This appendix details the on-disk organization of logging databases. Though a logging database can be accessed both via user interfaces as well as programmatically, knowing its organization makes it possible to manipulate the database via the file system. This should never be done while the "databases" runlevel is active because parts of the database will then be cached in memory.
Tags are contained in subdirectories of the database directory. These directories have the same name as the tags themselves. Meta tags are contained in subdirectories of the directory of their parent tag. Their directories have the same name as their name extension. It is possible to copy tags, including their logged data, from one database to another simply by copying their directories. Also, it is possible to rename or delete tags by renaming or deleting their directories.
In addition to data, the tag's directory contains its configuration inside a script named "config.lua". The script defines a table of configuration parameters that includes both the tag's creation parameters as well as the run-time modifiable tag configuration parameters. Similarly, the root of the database directory will hold a "subsets.lua" script when subsets have been defined via the "Tag Subset Editor". It is possible to load and modify these scripts using a text editor. Care should be taken to retain the proper table format, otherwise the database will fail to be initialised by the "databases" runlevel.
Since logging databases do not have to worry about referential integrity or mutation of already stored data, the storage format is simple. It is therefore not hard to write a custom program to accesses the logged data. There should be no need for doing so since a comprehensive set of tag access functions and VIs is provided. Still, for completeness, the remainder of this section details the data storage format
The data of each tag is spread out over one or more numbered "points<nnnn>.dat" files. By using multiple point files, number tags can contain more data than the LabVIEW file size limit allows. Point files simply contain successive timestamp and value pairs, both represented as double precision floating point numbers. For string tags, the values indirectly specify a string through a byte offset into an additional "strings.dat" file. The "strings.dat" file stores strings as successive flattened LabVIEW strings: a big-endian 32-bit string length followed by as many bytes of string data. Since there is only a single "strings.dat" file, the amount of string data is constrained by the file-size limitations of LabVIEW. Note that the data logger performs run-length compression such that when a particular string is logged multiple consecutive times, points with the same string offset are written so that the "strings.dat" gets appended to only once. Also, the "UNDEFINED" string is never stored but instead represented via a NaN offset value.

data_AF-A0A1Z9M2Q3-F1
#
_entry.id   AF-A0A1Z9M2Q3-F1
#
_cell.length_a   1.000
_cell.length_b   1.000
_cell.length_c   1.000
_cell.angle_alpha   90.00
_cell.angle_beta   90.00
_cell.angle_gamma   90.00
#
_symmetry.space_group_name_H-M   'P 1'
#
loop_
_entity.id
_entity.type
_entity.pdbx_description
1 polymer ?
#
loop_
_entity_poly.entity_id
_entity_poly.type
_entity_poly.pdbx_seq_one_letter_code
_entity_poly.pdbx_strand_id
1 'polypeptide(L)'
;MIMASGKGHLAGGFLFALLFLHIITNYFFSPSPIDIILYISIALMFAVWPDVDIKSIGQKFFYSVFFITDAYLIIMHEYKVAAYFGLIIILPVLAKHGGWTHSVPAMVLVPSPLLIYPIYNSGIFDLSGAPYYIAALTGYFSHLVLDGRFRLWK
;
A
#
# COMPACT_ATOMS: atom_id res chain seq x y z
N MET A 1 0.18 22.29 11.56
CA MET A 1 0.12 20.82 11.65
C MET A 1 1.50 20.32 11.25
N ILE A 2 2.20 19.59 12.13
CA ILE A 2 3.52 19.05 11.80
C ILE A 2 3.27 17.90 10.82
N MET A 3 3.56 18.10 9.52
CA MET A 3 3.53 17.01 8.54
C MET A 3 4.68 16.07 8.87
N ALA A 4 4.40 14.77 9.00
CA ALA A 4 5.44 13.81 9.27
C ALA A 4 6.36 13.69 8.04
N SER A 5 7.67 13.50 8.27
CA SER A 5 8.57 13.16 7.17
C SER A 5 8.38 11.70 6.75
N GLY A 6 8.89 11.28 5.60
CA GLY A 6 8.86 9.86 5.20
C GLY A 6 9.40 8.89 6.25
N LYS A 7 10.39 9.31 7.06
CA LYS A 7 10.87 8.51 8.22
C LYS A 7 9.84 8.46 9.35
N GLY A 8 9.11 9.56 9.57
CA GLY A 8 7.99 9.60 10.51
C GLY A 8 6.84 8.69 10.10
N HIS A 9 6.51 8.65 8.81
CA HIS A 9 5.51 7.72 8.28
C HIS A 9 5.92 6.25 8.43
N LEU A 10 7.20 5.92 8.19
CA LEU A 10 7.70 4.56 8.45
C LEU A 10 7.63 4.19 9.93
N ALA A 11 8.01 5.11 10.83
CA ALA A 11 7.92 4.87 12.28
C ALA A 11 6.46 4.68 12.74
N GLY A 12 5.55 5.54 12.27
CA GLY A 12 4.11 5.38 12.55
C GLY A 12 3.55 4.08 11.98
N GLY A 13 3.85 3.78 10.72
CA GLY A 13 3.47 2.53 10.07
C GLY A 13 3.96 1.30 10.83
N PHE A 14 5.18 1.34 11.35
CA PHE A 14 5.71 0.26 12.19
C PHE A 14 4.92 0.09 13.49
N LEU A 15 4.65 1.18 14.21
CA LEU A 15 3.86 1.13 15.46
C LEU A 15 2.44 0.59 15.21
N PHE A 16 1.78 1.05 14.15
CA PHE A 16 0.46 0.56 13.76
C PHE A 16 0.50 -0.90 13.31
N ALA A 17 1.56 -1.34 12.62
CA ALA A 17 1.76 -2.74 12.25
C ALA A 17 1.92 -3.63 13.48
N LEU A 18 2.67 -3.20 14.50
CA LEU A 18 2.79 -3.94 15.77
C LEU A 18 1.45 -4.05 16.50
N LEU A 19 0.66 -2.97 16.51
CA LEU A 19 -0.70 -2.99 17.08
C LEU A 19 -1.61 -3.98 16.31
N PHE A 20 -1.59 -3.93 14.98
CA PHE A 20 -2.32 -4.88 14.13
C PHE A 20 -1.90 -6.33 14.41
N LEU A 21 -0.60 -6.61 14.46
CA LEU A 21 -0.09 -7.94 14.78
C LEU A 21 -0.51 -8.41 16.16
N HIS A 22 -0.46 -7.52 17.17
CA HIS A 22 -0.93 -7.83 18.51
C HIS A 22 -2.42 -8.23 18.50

The "index.dat" file starts with a double that specifies the number of points in the log (the log size). This may be less than the size of the last point file indicates because the point files are grown in size by padding them with zeros in fairly large power-of-two increments (so-called chunks) once the log grows beyond a certain size. This prevents disk fragmentation by favouring the allocation of a continuous range of disk blocks when a point file is grown. After the log size, the "index.dat" file contains the double-precision timestamps of the first point in each chunk. These timestamps allow the quick localisation of logged data, given a timestamp, to within a chunk. This speeds up queries.
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